As Philip Woodcock* explains, there is a growing need to reduce O&M costs on offshore windfarms, but a consensus has yet to be reached on how best to do so
Over the last 12 months, the offshore wind industry has basked in the warm glow of public approval as the level of subsidy required for new projects has fallen steeply and zero-subsidy contracts have been achieved
As the winners are all experienced industry players with shareholders to answer to, they will undoubtedly have developed strategies for making money in this new normal. Larger and larger turbines have been identified as the most important driver of cost reduction, but cost reduction in operations and maintenance (O&M) will also be paramount and have a fundamental impact on the supply chain.
The concept of servicing or inspection, maintenance and repair (IMR) of balance of plant covers everything outside the nacelle of a turbine, but the market for this kind of work in extremely fragmented, with service providers ranging from subject specialist companies in blade repair and thickness measurements through to general project management companies who subcontract in all of the services needed to complete a work scope.
Some windfarm operators maintain balance of plant themselves and contract in any expertise they do not have inhouse; others give all the work out in the form of large service contracts. However, to date, the parties that have won large-scope balance of plant maintenance contracts do not have all required specialities inhouse themselves and have to subcontract packages out to specialist companies. Undoubtedly, the need to reduce O&M costs will force windfarm operators to look closely at their balance of plant service strategies in the coming years.
The scope of a large maintenance contract could include marine logistics,; foundation inspection, infield and export cables and scour protection of cables and foundations. It could also include IMR of the blades themselves. Other large maintenance contracts include the operation, maintenance and monitoring of offshore transformer and substations or operations and IMR of wind turbine generators and associated equipment.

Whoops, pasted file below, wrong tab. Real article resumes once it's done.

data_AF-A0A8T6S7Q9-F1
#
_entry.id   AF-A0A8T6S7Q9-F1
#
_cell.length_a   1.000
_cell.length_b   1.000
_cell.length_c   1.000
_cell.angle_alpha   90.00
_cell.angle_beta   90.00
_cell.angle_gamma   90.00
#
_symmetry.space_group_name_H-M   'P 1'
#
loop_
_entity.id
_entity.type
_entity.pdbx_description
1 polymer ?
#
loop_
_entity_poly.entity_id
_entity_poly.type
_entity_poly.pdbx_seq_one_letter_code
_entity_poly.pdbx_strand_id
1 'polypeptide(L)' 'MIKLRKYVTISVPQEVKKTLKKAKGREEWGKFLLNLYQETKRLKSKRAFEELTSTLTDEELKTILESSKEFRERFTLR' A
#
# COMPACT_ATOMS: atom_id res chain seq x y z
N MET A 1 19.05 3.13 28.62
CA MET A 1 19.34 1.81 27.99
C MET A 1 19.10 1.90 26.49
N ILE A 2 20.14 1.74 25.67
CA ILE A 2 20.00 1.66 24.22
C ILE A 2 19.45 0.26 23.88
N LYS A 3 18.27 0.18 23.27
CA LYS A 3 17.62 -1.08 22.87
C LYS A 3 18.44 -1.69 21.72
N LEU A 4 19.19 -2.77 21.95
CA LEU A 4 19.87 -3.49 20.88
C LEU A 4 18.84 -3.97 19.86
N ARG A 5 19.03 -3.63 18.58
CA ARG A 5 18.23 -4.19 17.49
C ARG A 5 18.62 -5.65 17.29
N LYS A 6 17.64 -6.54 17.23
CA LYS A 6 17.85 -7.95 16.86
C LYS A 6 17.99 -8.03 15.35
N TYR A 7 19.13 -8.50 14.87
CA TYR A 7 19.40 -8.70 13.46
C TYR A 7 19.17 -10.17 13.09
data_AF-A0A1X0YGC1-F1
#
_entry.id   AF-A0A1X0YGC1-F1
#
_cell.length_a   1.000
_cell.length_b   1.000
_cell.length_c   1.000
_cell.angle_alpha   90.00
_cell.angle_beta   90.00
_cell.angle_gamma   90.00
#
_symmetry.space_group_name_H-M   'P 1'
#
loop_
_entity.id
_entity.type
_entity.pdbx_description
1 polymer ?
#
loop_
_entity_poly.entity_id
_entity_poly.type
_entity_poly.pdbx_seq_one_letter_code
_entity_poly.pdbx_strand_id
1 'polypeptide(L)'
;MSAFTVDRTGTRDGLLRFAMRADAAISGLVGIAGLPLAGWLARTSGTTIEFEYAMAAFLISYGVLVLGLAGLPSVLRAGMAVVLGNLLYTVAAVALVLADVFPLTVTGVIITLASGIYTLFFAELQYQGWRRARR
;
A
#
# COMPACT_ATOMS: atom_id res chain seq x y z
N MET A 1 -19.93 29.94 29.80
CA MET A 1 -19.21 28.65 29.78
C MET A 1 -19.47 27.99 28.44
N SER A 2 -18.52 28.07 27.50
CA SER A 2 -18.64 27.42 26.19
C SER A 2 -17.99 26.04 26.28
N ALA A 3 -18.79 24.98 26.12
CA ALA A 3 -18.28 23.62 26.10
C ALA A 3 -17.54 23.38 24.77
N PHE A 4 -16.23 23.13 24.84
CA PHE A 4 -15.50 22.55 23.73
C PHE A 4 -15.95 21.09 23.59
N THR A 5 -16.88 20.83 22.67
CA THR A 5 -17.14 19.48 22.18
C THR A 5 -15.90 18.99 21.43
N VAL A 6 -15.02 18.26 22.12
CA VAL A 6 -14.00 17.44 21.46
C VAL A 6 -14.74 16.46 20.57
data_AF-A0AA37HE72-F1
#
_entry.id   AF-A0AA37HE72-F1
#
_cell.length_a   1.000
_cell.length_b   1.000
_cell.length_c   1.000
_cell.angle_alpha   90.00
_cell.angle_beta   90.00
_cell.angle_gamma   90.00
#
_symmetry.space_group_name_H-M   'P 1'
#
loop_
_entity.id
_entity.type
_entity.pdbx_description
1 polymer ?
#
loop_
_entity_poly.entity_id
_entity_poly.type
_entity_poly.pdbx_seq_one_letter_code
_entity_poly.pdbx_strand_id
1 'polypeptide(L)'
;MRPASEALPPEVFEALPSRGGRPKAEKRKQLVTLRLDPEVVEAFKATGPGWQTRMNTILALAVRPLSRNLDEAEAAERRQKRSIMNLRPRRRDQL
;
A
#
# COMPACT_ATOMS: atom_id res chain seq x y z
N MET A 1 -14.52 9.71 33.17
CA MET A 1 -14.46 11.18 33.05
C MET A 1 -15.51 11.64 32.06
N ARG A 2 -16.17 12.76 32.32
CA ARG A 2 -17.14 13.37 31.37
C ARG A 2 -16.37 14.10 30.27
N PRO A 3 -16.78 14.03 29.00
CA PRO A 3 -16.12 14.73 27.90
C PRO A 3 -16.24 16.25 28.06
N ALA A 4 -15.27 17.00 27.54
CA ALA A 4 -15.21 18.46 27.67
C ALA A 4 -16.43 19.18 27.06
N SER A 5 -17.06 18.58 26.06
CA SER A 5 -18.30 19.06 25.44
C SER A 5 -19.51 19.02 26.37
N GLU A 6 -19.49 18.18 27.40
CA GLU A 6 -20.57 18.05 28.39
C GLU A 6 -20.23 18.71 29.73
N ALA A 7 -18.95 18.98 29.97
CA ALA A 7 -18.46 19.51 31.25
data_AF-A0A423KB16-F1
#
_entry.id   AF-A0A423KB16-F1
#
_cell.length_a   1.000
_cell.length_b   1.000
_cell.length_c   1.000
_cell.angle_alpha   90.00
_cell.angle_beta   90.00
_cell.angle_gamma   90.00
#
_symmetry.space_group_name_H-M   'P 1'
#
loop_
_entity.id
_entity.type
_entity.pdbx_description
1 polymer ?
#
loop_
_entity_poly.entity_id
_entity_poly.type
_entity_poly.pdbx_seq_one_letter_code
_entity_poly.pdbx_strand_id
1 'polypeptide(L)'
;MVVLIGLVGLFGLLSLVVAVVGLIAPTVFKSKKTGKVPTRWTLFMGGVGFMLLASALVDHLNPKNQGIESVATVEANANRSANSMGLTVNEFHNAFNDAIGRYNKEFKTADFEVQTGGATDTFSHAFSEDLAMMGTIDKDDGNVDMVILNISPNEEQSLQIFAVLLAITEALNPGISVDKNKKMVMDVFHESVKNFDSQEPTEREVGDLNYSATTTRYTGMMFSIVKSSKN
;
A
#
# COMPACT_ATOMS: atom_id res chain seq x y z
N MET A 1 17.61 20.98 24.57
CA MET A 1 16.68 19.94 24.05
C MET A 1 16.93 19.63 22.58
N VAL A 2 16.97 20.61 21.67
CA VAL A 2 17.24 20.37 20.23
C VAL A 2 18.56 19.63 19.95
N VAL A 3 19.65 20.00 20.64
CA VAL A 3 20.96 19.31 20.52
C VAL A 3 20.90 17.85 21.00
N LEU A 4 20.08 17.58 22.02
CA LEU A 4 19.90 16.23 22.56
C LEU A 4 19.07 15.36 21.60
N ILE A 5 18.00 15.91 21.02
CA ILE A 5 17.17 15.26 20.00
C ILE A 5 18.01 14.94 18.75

The latter require much higher levels of proprietary technical knowledge and are often limited to the original equipment manufacturers (OEMs), at least for the initial warranty periods. The Gemini offshore windfarm offshore the Netherlands is an example where the balance of plant and transformer station IMR work was contracted out to commercial third parties Offshore & Wind Assistance (OWA) and EWE Offshore Service & Solutions (EWE-OSS).
The effect of cost control on the balance of plant service sector has yet to be determined and has those in the sector wondering what the outcome will be. There is no clear path, and a variety of different scenarios will evolve, depending on the inhouse capabilities and ownership structures of the windfarms. The larger, integrated windfarm operators such as Orsted (formerly Dong Energy) or Statoil may wish to leverage costs they have already sunk in a project in inhouse service ability and eliminate the middle men; non-operating owners such as Blackrock or Northland Power may look to further delegate responsibility through large service contracts.
The latter approach would encourage consolidation and integration, with a few large multiskilled service providers emerging with the financial capability to assume the liability of lump sum contracting. The third option is to maintain the status quo of ‘divide and conquer’, where windfarm operators contract a large number of small parties and use the power of ‘survival of the fittest’ to drive down costs.